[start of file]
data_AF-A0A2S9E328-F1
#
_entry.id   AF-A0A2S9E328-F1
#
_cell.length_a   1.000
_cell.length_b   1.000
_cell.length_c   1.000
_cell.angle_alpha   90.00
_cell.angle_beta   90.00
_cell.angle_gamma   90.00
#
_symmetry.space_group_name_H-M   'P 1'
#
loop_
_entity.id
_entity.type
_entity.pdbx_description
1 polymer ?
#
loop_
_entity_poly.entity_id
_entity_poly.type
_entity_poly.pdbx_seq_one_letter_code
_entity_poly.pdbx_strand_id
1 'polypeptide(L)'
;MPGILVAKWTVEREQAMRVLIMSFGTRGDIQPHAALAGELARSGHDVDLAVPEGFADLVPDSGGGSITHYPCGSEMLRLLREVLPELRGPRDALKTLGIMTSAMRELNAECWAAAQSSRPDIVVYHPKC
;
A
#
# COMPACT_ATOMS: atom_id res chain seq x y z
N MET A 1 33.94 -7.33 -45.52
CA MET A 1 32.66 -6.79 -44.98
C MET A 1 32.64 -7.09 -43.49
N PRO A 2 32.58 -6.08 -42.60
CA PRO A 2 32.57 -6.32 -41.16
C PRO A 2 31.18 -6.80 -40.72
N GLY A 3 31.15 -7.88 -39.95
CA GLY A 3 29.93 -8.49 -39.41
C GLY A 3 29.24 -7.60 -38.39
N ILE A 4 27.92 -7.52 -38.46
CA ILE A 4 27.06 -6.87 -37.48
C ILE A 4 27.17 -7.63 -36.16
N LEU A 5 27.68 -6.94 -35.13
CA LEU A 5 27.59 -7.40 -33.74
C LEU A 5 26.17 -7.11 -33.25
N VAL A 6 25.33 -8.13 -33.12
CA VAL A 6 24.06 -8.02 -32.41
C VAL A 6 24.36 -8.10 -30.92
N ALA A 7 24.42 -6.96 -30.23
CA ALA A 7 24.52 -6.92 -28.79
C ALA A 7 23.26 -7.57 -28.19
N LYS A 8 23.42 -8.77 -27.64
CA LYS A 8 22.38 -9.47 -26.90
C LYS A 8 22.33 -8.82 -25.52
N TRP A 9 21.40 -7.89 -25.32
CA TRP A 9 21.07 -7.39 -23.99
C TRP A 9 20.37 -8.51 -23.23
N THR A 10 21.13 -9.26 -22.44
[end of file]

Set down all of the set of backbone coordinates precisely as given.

data_AF-A0A2S9E328-F1
#
_entry.id   AF-A0A2S9E328-F1
#
_cell.length_a   1.000
_cell.length_b   1.000
_cell.length_c   1.000
_cell.angle_alpha   90.00
_cell.angle_beta   90.00
_cell.angle_gamma   90.00
#
_symmetry.space_group_name_H-M   'P 1'
#
loop_
_entity.id
_entity.type
_entity.pdbx_description
1 polymer ?
#
loop_
_entity_poly.entity_id
_entity_poly.type
_entity_poly.pdbx_seq_one_letter_code
_entity_poly.pdbx_strand_id
1 'polypeptide(L)'
;MPGILVAKWTVEREQAMRVLIMSFGTRGDIQPHAALAGELARSGHDVDLAVPEGFADLVPDSGGGSITHYPCGSEMLRLLREVLPELRGPRDALKTLGIMTSAMRELNAECWAAAQSSRPDIVVYHPKC
;
A
#
# COMPACT_ATOMS: atom_id res chain seq x y z
N MET A 1 33.94 -7.33 -45.52
CA MET A 1 32.66 -6.79 -44.98
C MET A 1 32.64 -7.09 -43.49
N PRO A 2 32.58 -6.08 -42.60
CA PRO A 2 32.57 -6.32 -41.16
C PRO A 2 31.18 -6.80 -40.72
N GLY A 3 31.15 -7.88 -39.95
CA GLY A 3 29.93 -8.49 -39.41
C GLY A 3 29.24 -7.60 -38.39
N ILE A 4 27.92 -7.52 -38.46
CA ILE A 4 27.06 -6.87 -37.48
C ILE A 4 27.17 -7.63 -36.16
N LEU A 5 27.68 -6.94 -35.13
CA LEU A 5 27.59 -7.40 -33.74
C LEU A 5 26.17 -7.11 -33.25
N VAL A 6 25.33 -8.13 -33.12
CA VAL A 6 24.06 -8.02 -32.41
C VAL A 6 24.36 -8.10 -30.92
N ALA A 7 24.42 -6.96 -30.23
CA ALA A 7 24.52 -6.92 -28.79
C ALA A 7 23.26 -7.57 -28.19
N LYS A 8 23.42 -8.77 -27.64
CA LYS A 8 22.38 -9.47 -26.90
C LYS A 8 22.33 -8.82 -25.52
N TRP A 9 21.40 -7.89 -25.32
CA TRP A 9 21.07 -7.39 -23.99
C TRP A 9 20.37 -8.51 -23.23
N THR A 10 21.13 -9.26 -22.44